A product manager’s core job is to help design, build, ship, and improve a product so during product manager interviews, most companies love to question how a prospective candidate might think about designing a product.
The popular product design question usually takes shape in the form of something like:
Walk me through the steps of how you would design “X product” (there are many things I’ve tried asking; some common questions I’ve frequently heard include a pen for astronauts, an alarm clock for the blind, an elevator for handicapped individuals, etc…)
When you answer these types of product design questions, you should always approach them with a framework in mind. Below is one that I highly recommend:
1) Ask Clarifying Questions
Remember, there is no point continuing with an answer if you haven’t fully grasped the situation. I can’t count the number of times I’ve asked a simple product improvement question to a candidate who then proceeded to give me a lengthy 5 minute answer before I realized that the candidate had never used the product before. If I asked a candidate to walk me through how he/she might design a better wallet, I expect the candidate to first ask clarifying questions such as who the wallet might be used by, or what “better” means in the context of a wallet. Remember, product managers don’t just dive headfirst into launching a product without first understanding the whole situation and the business goals. A candidate who doesn’t ask clarifying questions is a big red flag and tells me that he/she would design products without understanding what a user truly needs.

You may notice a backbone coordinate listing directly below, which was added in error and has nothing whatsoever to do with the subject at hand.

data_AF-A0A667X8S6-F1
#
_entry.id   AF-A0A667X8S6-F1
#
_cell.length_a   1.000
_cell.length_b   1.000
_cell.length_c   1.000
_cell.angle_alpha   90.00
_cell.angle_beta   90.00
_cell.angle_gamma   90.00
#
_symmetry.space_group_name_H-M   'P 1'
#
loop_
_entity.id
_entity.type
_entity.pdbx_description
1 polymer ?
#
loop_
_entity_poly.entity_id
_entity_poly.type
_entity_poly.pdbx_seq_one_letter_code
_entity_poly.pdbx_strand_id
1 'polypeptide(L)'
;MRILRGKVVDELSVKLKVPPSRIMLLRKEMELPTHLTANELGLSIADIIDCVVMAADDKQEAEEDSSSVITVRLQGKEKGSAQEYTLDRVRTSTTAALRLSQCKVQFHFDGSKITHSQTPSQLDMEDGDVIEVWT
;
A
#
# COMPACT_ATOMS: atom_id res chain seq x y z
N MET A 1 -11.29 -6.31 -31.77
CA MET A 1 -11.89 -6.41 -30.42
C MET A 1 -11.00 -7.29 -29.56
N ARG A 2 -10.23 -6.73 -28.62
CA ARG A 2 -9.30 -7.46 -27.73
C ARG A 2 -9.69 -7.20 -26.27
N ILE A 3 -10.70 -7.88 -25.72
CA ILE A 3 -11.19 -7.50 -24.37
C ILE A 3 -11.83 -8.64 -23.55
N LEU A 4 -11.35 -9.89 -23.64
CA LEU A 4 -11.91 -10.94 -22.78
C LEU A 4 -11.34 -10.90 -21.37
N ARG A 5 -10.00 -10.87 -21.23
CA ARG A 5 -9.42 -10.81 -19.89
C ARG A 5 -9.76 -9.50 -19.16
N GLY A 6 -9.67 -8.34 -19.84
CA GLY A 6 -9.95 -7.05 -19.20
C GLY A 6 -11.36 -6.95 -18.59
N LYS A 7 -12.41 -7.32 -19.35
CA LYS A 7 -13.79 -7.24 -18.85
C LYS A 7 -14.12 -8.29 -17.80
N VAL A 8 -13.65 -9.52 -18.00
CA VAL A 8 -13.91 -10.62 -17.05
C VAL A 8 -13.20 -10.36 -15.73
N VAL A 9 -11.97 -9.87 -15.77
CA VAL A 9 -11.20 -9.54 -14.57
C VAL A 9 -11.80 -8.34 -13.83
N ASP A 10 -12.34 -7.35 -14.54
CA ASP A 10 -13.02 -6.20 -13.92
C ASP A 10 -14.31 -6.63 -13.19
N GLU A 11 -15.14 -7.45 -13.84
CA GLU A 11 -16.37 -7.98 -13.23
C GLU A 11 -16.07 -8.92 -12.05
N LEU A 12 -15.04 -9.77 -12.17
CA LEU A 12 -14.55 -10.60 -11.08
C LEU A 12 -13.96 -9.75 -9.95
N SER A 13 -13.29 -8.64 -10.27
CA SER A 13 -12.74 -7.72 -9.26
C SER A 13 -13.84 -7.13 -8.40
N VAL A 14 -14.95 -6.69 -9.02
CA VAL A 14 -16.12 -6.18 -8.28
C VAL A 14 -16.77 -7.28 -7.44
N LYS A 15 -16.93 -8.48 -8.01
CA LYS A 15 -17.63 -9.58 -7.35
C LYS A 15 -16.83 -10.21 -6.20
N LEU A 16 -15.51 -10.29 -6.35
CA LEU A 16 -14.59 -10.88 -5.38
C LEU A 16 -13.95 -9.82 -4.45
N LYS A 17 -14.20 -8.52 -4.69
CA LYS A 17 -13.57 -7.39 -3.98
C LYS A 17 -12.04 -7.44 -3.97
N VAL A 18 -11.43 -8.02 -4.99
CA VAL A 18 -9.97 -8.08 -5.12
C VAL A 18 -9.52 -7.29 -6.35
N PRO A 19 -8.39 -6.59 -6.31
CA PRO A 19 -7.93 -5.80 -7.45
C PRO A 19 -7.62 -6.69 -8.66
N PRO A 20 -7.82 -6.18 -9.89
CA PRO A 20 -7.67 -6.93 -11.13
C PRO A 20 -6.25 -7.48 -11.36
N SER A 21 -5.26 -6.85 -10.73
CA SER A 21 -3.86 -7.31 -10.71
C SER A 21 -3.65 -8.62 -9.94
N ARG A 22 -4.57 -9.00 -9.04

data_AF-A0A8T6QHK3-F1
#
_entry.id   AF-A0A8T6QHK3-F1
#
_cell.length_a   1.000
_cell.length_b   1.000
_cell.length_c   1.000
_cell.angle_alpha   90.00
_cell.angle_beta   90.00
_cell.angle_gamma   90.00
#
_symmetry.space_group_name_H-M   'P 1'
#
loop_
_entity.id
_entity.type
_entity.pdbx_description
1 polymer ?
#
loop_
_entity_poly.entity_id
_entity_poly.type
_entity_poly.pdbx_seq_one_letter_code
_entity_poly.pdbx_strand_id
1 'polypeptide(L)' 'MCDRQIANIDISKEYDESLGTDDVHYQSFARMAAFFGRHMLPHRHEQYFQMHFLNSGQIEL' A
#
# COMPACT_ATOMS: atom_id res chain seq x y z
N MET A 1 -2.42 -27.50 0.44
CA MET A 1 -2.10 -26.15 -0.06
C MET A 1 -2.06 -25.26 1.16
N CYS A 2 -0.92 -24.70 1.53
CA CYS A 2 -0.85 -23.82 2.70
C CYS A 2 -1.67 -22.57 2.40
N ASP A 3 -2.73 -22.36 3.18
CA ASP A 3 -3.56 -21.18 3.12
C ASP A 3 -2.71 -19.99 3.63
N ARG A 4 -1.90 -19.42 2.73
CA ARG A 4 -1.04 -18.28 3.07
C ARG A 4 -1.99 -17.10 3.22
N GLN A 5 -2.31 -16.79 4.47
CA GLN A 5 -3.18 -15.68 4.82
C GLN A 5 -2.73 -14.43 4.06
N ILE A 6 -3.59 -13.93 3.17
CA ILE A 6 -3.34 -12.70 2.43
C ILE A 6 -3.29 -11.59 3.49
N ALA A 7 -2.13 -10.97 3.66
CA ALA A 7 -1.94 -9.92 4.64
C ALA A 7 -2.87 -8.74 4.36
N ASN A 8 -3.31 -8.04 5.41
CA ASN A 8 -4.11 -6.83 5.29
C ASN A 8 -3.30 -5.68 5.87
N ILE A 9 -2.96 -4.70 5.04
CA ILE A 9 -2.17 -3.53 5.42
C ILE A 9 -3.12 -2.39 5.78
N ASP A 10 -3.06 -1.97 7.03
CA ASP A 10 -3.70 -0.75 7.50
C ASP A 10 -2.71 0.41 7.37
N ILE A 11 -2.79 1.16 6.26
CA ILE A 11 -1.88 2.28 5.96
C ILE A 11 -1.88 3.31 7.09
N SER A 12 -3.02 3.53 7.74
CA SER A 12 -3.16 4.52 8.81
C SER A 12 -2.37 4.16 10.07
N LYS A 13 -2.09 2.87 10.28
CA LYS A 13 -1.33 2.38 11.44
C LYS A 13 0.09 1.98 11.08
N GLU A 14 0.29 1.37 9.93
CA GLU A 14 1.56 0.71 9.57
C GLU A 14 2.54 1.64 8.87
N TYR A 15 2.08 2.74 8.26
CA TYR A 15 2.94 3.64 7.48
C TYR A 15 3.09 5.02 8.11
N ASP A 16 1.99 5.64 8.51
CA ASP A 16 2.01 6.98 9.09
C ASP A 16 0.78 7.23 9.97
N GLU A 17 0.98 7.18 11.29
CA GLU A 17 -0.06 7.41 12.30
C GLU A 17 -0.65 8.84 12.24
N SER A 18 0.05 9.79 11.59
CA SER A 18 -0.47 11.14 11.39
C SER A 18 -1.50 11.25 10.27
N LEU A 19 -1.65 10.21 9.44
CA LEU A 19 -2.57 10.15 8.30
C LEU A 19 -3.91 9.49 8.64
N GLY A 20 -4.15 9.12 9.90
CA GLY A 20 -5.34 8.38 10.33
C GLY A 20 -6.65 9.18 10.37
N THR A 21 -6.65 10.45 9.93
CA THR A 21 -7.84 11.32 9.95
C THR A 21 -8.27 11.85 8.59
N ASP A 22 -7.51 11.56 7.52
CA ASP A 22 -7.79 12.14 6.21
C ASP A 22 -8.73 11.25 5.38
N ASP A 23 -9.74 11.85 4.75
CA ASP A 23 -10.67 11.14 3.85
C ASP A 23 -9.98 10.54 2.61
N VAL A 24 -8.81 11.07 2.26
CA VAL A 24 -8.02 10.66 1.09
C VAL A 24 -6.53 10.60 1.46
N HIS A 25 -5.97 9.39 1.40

2) Communicate Your Answer Outline
There is nothing worse for an interviewer than trying to follow a candidate’s unstructured train of thought when responding to a product question. It’s crucial to demonstrate that you have taken time to comprehend the situation and then lay out some groundwork on how you plan to answer this question. Showing that you are organized by structuring out your answers to these questions will put your interviewer at ease and keep your thoughts in line so that you don’t ramble or go off on tangents.